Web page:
Copenhagen Infrastructure Partners acquired a controlling stake in Mulilo Energy Holdings, the Danish power investor’s first deal in South Africa, the companies said in a statement on Thursday.
CIP is working with financial advisers to take a share in the South African renewable-energy developer, Bloomberg reported earlier.
The investment firm has raised 19 billion euros ($20 billion) for energy and associated infrastructure projects to date, according to the statement.
“With CIP taking a majority equity position at Mulilo, it gives our company the necessary tools and financial backing to make an impact in the renewable energy landscape in Southern Africa,” Mulilo co-founder and chairman Christopher Aberdein said in the statement.
Africa’s most industrialized economy is targeting large-scale renewable energy programs to bring more electricity onstream in a country that has been struggling with rolling power blackouts.
A significant number of South Africa’s unreliable coal-fired plants are being retired, requiring 53 gigawatts of clean energy capacity by 2032, according to Eskom, the utility that generates more than 90% of the nation’s power.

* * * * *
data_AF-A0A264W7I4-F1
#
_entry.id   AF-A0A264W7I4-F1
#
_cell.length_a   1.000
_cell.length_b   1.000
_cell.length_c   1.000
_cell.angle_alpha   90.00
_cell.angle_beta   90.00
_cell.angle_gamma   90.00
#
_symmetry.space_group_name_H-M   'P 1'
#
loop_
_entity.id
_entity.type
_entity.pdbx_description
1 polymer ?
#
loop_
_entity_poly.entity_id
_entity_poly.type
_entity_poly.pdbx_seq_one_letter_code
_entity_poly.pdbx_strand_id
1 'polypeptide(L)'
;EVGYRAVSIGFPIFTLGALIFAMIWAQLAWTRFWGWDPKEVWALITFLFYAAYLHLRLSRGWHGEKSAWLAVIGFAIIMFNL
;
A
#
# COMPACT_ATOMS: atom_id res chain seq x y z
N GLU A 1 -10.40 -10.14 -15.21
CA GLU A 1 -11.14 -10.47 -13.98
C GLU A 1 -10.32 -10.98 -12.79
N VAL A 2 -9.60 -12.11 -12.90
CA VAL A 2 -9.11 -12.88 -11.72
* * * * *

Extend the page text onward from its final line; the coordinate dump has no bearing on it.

That’s opened up opportunities for international firms looking to expand into the renewable-energy industry in the country and elsewhere in Africa, said the people.
CIP has invested in large-scale projects in key markets worldwide, including the US, UK, and Germany, according to its website.
Cape Town-based Mulilo mainly develops solar and wind plants in South Africa, and more recently partnered with TotalEnergies SE on hybrid facilities.
“The combination of Mulilo and CIP will make a meaningful positive contribution to resolve the energy crisis in South Africa with cost-effective renewable energy,” said Robert Helms, a partner in CIP.
Mulilo holds an 8% market share in the South African renewable sector and has to date developed and successfully delivered 440 megawatts of operating projects, according to the statement.
The acquisition is subject to regulatory approval by the Competition Commission.